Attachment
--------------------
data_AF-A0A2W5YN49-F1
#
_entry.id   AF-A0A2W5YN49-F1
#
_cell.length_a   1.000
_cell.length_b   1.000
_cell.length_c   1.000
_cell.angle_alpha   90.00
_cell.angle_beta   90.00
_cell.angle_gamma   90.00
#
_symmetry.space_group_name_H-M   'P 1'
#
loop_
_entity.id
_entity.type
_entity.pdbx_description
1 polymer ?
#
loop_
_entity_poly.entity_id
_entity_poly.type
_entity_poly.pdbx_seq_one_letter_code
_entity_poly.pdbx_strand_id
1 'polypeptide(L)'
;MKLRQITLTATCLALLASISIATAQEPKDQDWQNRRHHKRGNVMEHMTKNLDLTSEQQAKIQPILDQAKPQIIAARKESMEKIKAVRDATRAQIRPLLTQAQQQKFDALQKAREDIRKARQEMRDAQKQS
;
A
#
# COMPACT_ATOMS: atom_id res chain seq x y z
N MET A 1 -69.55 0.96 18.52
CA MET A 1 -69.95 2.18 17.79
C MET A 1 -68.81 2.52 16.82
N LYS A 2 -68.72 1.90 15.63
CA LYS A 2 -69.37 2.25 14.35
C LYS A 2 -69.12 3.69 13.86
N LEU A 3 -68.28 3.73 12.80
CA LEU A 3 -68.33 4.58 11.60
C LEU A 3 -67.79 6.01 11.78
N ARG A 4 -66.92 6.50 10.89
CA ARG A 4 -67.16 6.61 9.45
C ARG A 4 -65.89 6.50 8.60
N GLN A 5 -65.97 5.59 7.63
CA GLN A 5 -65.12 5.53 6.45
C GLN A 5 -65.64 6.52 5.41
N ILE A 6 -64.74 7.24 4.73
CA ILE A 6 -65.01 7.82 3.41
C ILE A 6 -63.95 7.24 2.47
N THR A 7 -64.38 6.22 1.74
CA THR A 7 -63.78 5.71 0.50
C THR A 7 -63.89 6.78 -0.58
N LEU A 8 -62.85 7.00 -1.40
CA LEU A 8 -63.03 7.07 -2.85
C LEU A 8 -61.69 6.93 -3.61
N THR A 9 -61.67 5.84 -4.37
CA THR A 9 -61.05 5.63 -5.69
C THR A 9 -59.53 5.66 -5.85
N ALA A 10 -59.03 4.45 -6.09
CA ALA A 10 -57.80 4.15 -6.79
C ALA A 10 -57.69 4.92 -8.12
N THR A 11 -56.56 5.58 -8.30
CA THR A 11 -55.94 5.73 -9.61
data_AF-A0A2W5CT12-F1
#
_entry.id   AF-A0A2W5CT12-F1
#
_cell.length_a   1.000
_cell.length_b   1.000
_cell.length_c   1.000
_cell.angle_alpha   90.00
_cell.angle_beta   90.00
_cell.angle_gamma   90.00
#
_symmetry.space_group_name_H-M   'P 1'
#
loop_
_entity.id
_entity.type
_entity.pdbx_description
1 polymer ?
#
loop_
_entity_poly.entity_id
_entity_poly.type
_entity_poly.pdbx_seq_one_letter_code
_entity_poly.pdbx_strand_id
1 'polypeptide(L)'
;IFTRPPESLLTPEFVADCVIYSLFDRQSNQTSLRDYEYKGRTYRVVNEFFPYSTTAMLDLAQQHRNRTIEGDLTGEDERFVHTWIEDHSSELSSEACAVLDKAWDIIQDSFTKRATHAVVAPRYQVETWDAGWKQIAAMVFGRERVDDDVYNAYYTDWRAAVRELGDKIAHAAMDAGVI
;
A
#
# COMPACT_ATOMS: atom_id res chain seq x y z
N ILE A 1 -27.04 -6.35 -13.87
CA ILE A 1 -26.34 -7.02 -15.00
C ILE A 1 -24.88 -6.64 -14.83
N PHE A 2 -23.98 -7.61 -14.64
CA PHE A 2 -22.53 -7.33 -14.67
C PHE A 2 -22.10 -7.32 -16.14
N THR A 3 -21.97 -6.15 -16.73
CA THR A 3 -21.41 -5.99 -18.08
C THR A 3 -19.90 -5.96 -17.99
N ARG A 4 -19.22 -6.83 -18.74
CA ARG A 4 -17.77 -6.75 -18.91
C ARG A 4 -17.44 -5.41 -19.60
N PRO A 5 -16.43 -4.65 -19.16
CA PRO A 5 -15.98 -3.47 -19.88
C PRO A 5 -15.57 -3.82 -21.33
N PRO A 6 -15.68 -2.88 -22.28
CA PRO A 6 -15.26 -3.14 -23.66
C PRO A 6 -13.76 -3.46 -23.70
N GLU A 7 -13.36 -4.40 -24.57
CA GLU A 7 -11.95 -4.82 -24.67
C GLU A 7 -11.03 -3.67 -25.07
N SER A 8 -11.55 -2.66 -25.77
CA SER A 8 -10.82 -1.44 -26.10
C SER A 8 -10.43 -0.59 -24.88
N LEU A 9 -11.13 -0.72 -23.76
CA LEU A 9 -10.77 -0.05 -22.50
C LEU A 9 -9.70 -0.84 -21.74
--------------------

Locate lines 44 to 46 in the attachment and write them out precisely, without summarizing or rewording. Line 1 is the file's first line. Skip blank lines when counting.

CA GLN A 5 -65.12 5.53 6.45
C GLN A 5 -65.64 6.52 5.41
N ILE A 6 -64.74 7.24 4.73